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UX in the City: Research on tourist’s experience in Warsaw

Lost in translation


City of Warsaw


To learn about foreign tourists’ experience of Warsaw.


A set of solutions designed to improve tourist’s experience of Warsaw.

Polish language? Stranger than fiction

Anyone who comes to Warsaw and wants to explore it on their own, well... they won’t find it easy! Finding a tourist information center is a challenge to start with. Searching for directions requires being able to comprehend the Polish language; Warsaw’s signage is exclusively in Polish, renowned to be one of the most difficult languages in the world. And just should it happen that a visitor decides to buy a public transport ticket, Warsaw will awash them with an array of various ticket-vending machines. Too confusing! For those arriving in Warsaw for the first time ever a hard time solving riddles is guaranteed!

Getting a tourist's POV

Together with Warsaw Tourist Office, we decided that understanding Warsaw shouldn’t be so hard and that city services need to be more accessible. To do so, we invited people who’d come to Warsaw shortly before the research with an intent to stay longer.

The research group consisted of 10 people from 6 different countries, including the UK, Germany, France, Netherlands, Italy, and Spain.

Two different routes were designed stopping off at 10 major tourist attractions, each route covered 5 sites in under 5 hours.

10 major tourist attractions

In order to collect the data, we conducted research through Self-Documentation based on Human-Centered Design. The participants were equipped with notepads and smiley and sad emoticons which they could use in their photographs of what they experienced along the way.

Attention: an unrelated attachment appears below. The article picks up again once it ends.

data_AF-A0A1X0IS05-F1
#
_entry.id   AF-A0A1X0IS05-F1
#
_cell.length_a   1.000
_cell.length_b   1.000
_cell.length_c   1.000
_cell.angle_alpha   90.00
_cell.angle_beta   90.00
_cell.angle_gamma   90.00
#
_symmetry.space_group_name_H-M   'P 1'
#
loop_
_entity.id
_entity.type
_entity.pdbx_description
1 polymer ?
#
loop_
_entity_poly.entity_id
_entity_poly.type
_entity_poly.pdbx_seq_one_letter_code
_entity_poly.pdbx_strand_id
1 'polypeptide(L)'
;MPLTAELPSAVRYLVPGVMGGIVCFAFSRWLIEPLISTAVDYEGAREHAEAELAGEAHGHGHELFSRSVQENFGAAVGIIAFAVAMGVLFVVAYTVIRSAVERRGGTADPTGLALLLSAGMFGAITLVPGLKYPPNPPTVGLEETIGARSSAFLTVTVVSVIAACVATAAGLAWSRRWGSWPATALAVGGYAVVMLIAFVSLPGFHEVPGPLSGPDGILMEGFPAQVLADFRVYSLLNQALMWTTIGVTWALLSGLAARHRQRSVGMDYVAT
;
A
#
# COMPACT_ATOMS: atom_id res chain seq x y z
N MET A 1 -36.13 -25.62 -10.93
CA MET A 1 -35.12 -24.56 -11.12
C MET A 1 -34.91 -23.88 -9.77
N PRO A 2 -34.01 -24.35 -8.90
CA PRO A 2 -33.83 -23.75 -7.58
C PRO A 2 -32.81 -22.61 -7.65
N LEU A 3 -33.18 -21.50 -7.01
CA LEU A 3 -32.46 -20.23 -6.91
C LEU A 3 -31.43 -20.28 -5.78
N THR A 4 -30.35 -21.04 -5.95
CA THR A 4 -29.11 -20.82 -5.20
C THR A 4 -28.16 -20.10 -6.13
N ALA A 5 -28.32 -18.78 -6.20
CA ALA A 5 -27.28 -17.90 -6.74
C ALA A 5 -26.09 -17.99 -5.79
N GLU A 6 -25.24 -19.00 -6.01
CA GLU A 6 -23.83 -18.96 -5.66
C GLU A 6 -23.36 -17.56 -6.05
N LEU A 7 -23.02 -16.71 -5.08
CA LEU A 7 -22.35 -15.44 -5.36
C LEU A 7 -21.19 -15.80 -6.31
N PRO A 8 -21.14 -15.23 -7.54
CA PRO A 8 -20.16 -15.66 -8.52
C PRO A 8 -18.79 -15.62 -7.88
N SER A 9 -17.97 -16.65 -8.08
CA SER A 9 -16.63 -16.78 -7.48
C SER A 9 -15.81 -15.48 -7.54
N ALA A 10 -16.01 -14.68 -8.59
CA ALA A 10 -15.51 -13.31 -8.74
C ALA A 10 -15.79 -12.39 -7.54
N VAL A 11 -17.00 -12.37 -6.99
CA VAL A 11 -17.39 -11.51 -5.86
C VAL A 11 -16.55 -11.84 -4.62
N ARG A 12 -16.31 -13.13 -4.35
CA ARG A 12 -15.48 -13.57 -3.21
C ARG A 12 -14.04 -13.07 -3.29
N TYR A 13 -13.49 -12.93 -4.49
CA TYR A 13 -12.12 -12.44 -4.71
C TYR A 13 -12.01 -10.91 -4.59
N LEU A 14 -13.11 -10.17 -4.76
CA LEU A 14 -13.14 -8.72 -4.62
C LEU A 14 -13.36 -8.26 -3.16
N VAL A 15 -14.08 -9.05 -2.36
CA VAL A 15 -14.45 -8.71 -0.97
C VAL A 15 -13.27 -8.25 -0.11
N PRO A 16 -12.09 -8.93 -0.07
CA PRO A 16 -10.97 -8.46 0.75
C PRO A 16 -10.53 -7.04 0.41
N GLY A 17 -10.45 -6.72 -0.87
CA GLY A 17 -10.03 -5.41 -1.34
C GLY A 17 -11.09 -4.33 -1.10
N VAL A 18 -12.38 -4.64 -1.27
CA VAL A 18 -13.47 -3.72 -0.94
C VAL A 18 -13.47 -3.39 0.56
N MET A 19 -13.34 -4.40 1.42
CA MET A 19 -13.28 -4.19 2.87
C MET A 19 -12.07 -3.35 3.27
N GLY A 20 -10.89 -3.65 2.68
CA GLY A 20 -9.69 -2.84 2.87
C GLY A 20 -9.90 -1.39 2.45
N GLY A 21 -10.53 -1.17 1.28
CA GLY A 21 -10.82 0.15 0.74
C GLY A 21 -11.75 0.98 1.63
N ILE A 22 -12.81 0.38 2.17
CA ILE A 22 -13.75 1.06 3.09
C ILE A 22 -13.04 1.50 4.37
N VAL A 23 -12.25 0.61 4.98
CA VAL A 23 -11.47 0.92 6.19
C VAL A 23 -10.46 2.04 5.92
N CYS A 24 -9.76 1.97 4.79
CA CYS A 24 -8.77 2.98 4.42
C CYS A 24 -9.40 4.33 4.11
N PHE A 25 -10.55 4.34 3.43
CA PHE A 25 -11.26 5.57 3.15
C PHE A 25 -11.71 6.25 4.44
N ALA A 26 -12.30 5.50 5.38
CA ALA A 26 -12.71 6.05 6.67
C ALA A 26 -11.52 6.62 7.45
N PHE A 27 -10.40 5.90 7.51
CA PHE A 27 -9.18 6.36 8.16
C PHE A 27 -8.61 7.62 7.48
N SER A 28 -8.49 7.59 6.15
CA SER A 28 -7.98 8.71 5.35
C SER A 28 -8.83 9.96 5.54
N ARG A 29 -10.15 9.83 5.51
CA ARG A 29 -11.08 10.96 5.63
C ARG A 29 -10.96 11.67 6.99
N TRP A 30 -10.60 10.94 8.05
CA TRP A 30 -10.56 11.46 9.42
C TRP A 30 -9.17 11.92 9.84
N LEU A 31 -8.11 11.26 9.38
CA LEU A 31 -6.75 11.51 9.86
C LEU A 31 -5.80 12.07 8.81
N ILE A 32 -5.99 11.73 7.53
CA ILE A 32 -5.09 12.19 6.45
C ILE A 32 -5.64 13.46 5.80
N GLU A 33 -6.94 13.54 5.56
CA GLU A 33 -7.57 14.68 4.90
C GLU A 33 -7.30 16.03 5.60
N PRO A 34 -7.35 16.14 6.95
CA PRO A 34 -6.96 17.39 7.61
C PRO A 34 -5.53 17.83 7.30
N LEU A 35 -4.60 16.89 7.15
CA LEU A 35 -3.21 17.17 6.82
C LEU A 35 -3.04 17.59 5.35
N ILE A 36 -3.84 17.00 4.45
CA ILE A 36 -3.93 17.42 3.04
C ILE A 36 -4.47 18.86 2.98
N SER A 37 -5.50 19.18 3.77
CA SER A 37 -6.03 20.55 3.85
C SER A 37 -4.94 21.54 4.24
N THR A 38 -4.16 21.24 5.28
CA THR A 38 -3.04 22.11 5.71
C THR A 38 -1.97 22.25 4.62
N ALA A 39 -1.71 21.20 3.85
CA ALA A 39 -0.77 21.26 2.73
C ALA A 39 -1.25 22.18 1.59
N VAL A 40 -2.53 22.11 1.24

9 experts were invited to join the study, representing both design and business - specialists in UX, Branding, Place Marketing, Strategy, or Digital Media.

What did we set out our tourists to check for us? Literally everything!

  • How easy was it to find a tourist attraction?
  • Could they understand the signage or use public transport?
  • Was it easy for them to buy tickets?
  • Were the buildings accessible to people in wheelchairs?
  • Were they able to connect to the wifi? Was there wifi at all?
  • Did they know how to navigate around the city, etc?

We left no stone unturned… Lifts, parking meters, bus stops, ticket machines, buses, trams, metro, mobile apps, electronic payment systems, ticket offices, signs, benches, doors, toilets, information points, and tourists shops. All of these we wanted to hear about.

Paths trodden, lessons learned

We were amazed to learn the outcome of the study. What modern tourists are after isn’t a glossed up version of the city they are visiting. They are far more likely to search for what they describe as the local experience. They want to get to know new places, unique to the city. Curiously, the greatest interest wasn’t created by the biggest attractions; tourist would rather go to a milk bar, a gastro-remnant of the Soviet days, rather than see the monuments.

Our research has shown us the modern way of sightseeing. Tourists these days have various interests, behaviors, age- and family-based needs, which the city should be able to meet.

However, they all have one thing in common, which is being able to access the internet and charge their smartphones in order to better understand and navigate the city and the language.

Clarity is key, and the biggest harm a city can make to the tourists is to confuse them with a complicated navigation system in the local language.

Many of the interviewees were describing problems they encountered which could have been avoided if only English language was used more. Last, but not least, the things we take for granted, which are hugely important to tourists: places to rest, toilets, phone charging points.

A look to the smarter future

As a result of the study, we created 10 ideas for Warsaw and a detailed report on suggested improvements.

Some of them are already being implemented by the city. The simplest and the most important one was the idea for themed maps, mixing both the well known and unknown places. Themed routes should be designed accordingly to the length of a tourist’s visit - a day, a few, a week…

We developed this concept in the project UX Warsaw #2.